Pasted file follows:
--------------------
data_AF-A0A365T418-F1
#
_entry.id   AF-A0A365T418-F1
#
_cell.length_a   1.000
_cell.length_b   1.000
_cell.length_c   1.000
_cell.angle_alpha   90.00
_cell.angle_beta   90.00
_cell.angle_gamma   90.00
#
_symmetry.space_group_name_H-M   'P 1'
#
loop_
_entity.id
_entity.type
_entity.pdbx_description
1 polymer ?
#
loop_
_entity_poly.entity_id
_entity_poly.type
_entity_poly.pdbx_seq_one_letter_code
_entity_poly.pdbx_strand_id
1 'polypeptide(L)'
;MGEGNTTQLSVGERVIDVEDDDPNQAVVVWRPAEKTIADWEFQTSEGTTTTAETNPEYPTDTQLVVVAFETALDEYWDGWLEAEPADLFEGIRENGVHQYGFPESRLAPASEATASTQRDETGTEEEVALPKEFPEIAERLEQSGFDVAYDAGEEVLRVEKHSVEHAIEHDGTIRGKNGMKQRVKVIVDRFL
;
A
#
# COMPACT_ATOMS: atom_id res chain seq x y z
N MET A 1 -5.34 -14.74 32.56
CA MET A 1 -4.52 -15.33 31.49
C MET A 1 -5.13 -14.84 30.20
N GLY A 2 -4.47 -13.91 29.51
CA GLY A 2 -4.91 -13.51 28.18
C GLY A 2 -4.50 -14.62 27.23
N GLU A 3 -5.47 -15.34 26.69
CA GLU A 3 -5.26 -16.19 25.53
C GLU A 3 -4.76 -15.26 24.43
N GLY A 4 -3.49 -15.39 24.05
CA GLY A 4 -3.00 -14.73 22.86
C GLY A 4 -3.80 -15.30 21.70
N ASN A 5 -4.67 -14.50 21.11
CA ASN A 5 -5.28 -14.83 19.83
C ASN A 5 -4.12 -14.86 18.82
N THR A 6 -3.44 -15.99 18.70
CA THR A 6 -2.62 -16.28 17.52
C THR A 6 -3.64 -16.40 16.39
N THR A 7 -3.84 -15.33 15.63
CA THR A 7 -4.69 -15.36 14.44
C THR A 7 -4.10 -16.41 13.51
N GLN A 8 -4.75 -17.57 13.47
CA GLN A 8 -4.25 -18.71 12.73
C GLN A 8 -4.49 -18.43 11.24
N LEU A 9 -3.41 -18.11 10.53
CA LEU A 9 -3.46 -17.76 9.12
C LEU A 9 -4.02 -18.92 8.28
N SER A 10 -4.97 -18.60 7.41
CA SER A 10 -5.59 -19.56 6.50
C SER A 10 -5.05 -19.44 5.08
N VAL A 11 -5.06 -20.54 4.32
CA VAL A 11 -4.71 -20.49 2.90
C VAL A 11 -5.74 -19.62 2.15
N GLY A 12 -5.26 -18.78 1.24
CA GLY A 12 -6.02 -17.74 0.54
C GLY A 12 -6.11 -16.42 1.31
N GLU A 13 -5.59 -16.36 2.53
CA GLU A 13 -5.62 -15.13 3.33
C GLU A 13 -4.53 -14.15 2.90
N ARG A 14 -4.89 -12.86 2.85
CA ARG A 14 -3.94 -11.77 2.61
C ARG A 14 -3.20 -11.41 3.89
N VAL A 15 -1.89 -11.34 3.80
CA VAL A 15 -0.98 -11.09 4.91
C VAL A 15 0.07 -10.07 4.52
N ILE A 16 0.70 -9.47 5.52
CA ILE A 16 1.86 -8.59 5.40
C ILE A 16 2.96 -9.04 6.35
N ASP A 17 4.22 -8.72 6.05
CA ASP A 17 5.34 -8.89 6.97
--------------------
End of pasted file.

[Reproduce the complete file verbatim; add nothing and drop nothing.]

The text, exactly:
data_AF-A0A365T418-F1
#
_entry.id   AF-A0A365T418-F1
#
_cell.length_a   1.000
_cell.length_b   1.000
_cell.length_c   1.000
_cell.angle_alpha   90.00
_cell.angle_beta   90.00
_cell.angle_gamma   90.00
#
_symmetry.space_group_name_H-M   'P 1'
#
loop_
_entity.id
_entity.type
_entity.pdbx_description
1 polymer ?
#
loop_
_entity_poly.entity_id
_entity_poly.type
_entity_poly.pdbx_seq_one_letter_code
_entity_poly.pdbx_strand_id
1 'polypeptide(L)'
;MGEGNTTQLSVGERVIDVEDDDPNQAVVVWRPAEKTIADWEFQTSEGTTTTAETNPEYPTDTQLVVVAFETALDEYWDGWLEAEPADLFEGIRENGVHQYGFPESRLAPASEATASTQRDETGTEEEVALPKEFPEIAERLEQSGFDVAYDAGEEVLRVEKHSVEHAIEHDGTIRGKNGMKQRVKVIVDRFL
;
A
#
# COMPACT_ATOMS: atom_id res chain seq x y z
N MET A 1 -5.34 -14.74 32.56
CA MET A 1 -4.52 -15.33 31.49
C MET A 1 -5.13 -14.84 30.20
N GLY A 2 -4.47 -13.91 29.51
CA GLY A 2 -4.91 -13.51 28.18
C GLY A 2 -4.50 -14.62 27.23
N GLU A 3 -5.47 -15.34 26.69
CA GLU A 3 -5.26 -16.19 25.53
C GLU A 3 -4.76 -15.26 24.43
N GLY A 4 -3.49 -15.39 24.05
CA GLY A 4 -3.00 -14.73 22.86
C GLY A 4 -3.80 -15.30 21.70
N ASN A 5 -4.67 -14.50 21.11
CA ASN A 5 -5.28 -14.83 19.83
C ASN A 5 -4.12 -14.86 18.82
N THR A 6 -3.44 -15.99 18.70
CA THR A 6 -2.62 -16.28 17.52
C THR A 6 -3.64 -16.40 16.39
N THR A 7 -3.84 -15.33 15.63
CA THR A 7 -4.69 -15.36 14.44
C THR A 7 -4.10 -16.41 13.51
N GLN A 8 -4.75 -17.57 13.47
CA GLN A 8 -4.25 -18.71 12.73
C GLN A 8 -4.49 -18.43 11.24
N LEU A 9 -3.41 -18.11 10.53
CA LEU A 9 -3.46 -17.76 9.12
C LEU A 9 -4.02 -18.92 8.28
N SER A 10 -4.97 -18.60 7.41
CA SER A 10 -5.59 -19.56 6.50
C SER A 10 -5.05 -19.44 5.08
N VAL A 11 -5.06 -20.54 4.32
CA VAL A 11 -4.71 -20.49 2.90
C VAL A 11 -5.74 -19.62 2.15
N GLY A 12 -5.26 -18.78 1.24
CA GLY A 12 -6.02 -17.74 0.54
C GLY A 12 -6.11 -16.42 1.31
N GLU A 13 -5.59 -16.36 2.53
CA GLU A 13 -5.62 -15.13 3.33
C GLU A 13 -4.53 -14.15 2.90
N ARG A 14 -4.89 -12.86 2.85
CA ARG A 14 -3.94 -11.77 2.61
C ARG A 14 -3.20 -11.41 3.89
N VAL A 15 -1.89 -11.34 3.80
CA VAL A 15 -0.98 -11.09 4.91
C VAL A 15 0.07 -10.07 4.52
N ILE A 16 0.70 -9.47 5.52
CA ILE A 16 1.86 -8.59 5.40
C ILE A 16 2.96 -9.04 6.35
N ASP A 17 4.22 -8.72 6.05
CA ASP A 17 5.34 -8.89 6.97